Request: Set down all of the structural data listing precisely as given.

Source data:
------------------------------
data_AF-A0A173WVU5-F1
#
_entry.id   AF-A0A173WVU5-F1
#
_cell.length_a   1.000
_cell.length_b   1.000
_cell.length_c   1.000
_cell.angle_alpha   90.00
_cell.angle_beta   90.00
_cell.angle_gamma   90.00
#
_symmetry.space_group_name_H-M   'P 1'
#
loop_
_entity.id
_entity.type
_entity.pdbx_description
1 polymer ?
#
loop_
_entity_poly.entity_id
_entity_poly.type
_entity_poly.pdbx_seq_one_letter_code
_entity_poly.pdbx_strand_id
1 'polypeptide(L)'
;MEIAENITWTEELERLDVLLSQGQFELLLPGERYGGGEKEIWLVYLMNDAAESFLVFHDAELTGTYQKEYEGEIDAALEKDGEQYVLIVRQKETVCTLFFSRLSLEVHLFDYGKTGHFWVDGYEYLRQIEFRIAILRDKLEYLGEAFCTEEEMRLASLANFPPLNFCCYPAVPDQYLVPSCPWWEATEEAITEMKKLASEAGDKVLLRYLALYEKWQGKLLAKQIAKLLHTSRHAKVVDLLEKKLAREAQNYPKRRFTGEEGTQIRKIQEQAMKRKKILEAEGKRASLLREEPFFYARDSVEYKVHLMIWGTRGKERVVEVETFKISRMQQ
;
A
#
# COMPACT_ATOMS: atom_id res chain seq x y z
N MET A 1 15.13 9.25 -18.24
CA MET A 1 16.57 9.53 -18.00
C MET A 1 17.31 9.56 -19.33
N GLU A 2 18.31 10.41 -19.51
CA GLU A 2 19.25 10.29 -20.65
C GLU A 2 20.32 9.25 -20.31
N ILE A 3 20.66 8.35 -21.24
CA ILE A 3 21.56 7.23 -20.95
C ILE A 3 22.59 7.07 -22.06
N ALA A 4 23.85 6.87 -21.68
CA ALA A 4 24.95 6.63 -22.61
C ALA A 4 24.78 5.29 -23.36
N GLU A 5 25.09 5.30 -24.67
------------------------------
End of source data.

data_AF-A0A173WVU5-F1
#
_entry.id   AF-A0A173WVU5-F1
#
_cell.length_a   1.000
_cell.length_b   1.000
_cell.length_c   1.000
_cell.angle_alpha   90.00
_cell.angle_beta   90.00
_cell.angle_gamma   90.00
#
_symmetry.space_group_name_H-M   'P 1'
#
loop_
_entity.id
_entity.type
_entity.pdbx_description
1 polymer ?
#
loop_
_entity_poly.entity_id
_entity_poly.type
_entity_poly.pdbx_seq_one_letter_code
_entity_poly.pdbx_strand_id
1 'polypeptide(L)'
;MEIAENITWTEELERLDVLLSQGQFELLLPGERYGGGEKEIWLVYLMNDAAESFLVFHDAELTGTYQKEYEGEIDAALEKDGEQYVLIVRQKETVCTLFFSRLSLEVHLFDYGKTGHFWVDGYEYLRQIEFRIAILRDKLEYLGEAFCTEEEMRLASLANFPPLNFCCYPAVPDQYLVPSCPWWEATEEAITEMKKLASEAGDKVLLRYLALYEKWQGKLLAKQIAKLLHTSRHAKVVDLLEKKLAREAQNYPKRRFTGEEGTQIRKIQEQAMKRKKILEAEGKRASLLREEPFFYARDSVEYKVHLMIWGTRGKERVVEVETFKISRMQQ
;
A
#
# COMPACT_ATOMS: atom_id res chain seq x y z
N MET A 1 15.13 9.25 -18.24
CA MET A 1 16.57 9.53 -18.00
C MET A 1 17.31 9.56 -19.33
N GLU A 2 18.31 10.41 -19.51
CA GLU A 2 19.25 10.29 -20.65
C GLU A 2 20.32 9.25 -20.31
N ILE A 3 20.66 8.35 -21.24
CA ILE A 3 21.56 7.23 -20.95
C ILE A 3 22.59 7.07 -22.06
N ALA A 4 23.85 6.87 -21.68
CA ALA A 4 24.95 6.63 -22.61
C ALA A 4 24.78 5.29 -23.36
N GLU A 5 25.09 5.30 -24.67